Ebusiness and Its Significance in Today's Marketplace

Although it may seem like a new word, the term ebusiness was hatched back in 1997. Considering that it describes an entirely new way of conducting business, however, it is safe to say that it's still in its early stages of use. With every turn of the page, you'll see the term defined in a different way, shape, or form. Perhaps this is because it describes such a large scope of processes, ranging from sending out a newsletter to selling an Audi online. So, what exactly is ebusiness, and what does it mean to the future of a business owner?

Ebusiness Defined

The United States Census Bureau defines ebusiness as "any process that a business organization conducts over a computer mediated network. Business organizations include any for profit, governmental, non-profit entity. Their processes include production-, customer-, and internal or management-focused business processes." In a shorter broader sense, ebusiness is the process of conducting business electronically or over the internet. Electronic mail is e-mail, electronic commerce is e-commerce, and following this formula, electronic business is e-business. Every time business is conducted over the internet, ebusiness takes place, and as the internet grows, so grows ebusiness.

Where does ebusiness take place?

Ebusiness is offered to all users via the internet, to internal users via an intranet (similar to the internet, an intranet is a smaller network of computers usually within a single organization), and to specified users via an extranet (an intranet partially accessible to specified users from outside an organization via a valid username and password).

Three Main Types of E-business

  1. Business to Consumer (B2C)

The most widely recognized form of ebusiness, B2C is the exchange of information, products, or services taking place between a business and a consumer over the internet. As the internet develops, B2C is continually changing the way consumers acquire information, the way products are compared against one another, and the way in which they are purchased.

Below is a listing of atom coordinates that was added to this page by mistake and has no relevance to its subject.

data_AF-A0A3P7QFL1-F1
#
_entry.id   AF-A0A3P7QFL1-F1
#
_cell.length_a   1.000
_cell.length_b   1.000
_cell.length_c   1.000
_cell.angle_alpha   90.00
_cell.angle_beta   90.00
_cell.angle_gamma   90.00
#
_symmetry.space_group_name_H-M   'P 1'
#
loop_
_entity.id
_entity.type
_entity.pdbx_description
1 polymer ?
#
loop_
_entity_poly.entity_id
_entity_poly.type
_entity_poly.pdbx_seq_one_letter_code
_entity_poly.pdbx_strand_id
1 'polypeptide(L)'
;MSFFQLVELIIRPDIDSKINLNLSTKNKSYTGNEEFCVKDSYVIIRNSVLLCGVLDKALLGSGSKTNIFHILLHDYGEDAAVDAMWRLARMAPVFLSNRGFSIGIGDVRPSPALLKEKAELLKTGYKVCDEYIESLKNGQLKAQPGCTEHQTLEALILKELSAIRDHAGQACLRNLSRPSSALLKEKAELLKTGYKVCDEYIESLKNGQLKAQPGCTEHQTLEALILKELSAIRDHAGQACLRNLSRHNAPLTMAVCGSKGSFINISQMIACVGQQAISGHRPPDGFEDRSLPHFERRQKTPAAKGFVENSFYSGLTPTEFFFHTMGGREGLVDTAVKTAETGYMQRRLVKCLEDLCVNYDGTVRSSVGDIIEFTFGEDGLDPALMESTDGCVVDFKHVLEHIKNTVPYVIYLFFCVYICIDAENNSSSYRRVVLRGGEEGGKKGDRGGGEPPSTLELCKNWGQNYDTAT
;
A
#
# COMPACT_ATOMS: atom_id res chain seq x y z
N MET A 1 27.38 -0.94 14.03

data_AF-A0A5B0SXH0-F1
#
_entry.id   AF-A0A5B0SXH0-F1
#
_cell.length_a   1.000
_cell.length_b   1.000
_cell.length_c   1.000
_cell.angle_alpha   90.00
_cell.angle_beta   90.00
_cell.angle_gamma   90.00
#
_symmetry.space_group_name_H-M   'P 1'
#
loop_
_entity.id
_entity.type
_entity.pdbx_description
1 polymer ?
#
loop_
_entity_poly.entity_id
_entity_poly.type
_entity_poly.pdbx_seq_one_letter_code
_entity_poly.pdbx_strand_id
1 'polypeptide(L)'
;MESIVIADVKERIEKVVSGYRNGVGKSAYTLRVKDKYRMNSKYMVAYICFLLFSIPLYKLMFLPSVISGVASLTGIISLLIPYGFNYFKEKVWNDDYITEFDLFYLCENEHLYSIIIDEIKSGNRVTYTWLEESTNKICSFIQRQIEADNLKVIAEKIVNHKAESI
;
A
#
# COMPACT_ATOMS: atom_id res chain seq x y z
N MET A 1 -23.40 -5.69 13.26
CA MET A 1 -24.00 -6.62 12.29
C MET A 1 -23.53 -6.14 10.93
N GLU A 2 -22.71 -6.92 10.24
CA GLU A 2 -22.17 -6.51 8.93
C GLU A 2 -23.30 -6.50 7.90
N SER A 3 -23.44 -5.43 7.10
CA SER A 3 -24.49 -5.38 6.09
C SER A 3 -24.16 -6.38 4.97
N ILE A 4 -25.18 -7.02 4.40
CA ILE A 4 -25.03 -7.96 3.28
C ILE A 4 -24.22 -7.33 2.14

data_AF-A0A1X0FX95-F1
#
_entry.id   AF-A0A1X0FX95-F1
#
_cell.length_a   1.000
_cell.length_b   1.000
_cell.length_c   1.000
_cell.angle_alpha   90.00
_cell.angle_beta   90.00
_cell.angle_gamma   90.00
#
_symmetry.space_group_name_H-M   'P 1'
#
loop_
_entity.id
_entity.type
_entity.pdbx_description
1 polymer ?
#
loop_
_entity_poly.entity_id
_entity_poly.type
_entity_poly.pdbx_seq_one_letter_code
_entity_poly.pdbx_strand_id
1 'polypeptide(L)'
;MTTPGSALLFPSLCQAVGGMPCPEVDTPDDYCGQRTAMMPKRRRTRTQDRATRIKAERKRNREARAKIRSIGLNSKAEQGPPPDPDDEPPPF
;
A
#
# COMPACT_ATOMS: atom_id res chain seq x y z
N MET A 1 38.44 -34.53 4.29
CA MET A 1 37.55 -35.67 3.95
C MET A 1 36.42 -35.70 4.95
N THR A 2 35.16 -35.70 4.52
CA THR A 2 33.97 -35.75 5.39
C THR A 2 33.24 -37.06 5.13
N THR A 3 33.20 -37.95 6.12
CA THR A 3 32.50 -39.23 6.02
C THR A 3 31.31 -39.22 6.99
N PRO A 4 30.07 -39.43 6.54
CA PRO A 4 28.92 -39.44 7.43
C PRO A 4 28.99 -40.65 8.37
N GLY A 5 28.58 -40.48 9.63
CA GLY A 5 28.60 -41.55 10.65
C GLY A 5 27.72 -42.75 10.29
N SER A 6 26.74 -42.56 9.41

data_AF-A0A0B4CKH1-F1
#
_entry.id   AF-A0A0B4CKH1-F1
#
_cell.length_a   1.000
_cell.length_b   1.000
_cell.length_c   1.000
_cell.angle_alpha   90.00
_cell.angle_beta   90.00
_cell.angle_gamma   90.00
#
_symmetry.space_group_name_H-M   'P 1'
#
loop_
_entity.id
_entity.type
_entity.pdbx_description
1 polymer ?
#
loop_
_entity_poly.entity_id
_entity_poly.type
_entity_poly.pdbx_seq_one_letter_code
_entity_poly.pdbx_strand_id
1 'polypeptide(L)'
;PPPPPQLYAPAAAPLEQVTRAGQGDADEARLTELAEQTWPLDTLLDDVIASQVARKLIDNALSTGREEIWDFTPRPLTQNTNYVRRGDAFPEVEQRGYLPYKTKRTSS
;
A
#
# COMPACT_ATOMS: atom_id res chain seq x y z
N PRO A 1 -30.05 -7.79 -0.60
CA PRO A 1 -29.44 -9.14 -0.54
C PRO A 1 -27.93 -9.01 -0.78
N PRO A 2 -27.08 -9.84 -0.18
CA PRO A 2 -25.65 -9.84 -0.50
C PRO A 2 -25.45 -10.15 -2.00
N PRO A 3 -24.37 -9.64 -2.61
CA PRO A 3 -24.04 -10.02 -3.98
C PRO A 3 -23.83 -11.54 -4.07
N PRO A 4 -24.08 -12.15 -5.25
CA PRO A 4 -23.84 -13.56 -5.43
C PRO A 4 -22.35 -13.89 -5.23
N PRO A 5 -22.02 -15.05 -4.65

An example of a B2C only site is Amazon.com. AE.com is an example of a B2C site with a physical location as well.

  1. Business to Business (B2B)

The largest form of ebusiness in terms of money spent is B2B. Business-to-business allows trading to take place between businesses using a low-cost sales channel for the sale of goods and services, and is responsible for constantly changing corporate buying habits.

An example of a B2B site would be a car part company selling parts to a car dealership—another company—rather than directly to consumers.

  1. Business to Government (B2G)

B2G is the online exchange of information and transactions between businesses and government agencies, also known as egovernment. B2G allows government agencies and businesses to use electronic means to conduct business and interact with each other over the internet.

An example of a B2G site would be one that offers electronic tax filing.

Ecommerce and its Relation to Ebusiness

The United States Census Bureau defines ecommerce as "any transaction completed over a computer-mediated network that involves the transfer of ownership or rights to use goods and services. Transactions occur within selected e-business processes (eg. selling process) and are 'completed' when agreement is reached between buyer and seller to transfer ownership or rights to use goods or services." So while ebusiness covers the entire range of online business dealings (from customer service to selling), ecommerce refers specifically to one entity paying for goods or services from another entity via the internet. With this in mind, remember that ecommerce can relate to all types of ebusiness involved in the transfer of goods or services, including but not limited to B2C, B2B, and B2G.

Happy selling!
-Stacie Leonard, Ecommerce Marketing/Copywriting